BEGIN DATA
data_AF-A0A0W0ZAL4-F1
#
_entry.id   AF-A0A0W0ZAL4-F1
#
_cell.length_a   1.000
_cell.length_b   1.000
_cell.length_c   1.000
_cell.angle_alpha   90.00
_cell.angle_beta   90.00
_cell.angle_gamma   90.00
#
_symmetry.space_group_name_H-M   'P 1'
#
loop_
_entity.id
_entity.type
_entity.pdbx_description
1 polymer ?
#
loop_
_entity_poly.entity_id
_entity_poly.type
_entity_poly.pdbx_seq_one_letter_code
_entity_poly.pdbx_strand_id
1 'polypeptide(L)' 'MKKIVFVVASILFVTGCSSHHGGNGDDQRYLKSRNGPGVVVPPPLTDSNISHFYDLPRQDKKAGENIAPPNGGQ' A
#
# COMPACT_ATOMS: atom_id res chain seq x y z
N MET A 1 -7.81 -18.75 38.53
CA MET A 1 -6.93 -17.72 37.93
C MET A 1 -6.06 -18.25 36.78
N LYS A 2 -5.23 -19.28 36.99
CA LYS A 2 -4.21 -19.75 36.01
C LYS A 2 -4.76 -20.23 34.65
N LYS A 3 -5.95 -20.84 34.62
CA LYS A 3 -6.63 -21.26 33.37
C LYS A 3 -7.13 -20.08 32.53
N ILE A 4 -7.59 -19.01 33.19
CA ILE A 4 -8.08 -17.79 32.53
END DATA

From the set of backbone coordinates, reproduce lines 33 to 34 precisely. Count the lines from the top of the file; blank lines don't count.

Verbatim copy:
C LYS A 2 -4.76 -20.23 34.65
N LYS A 3 -5.95 -20.84 34.62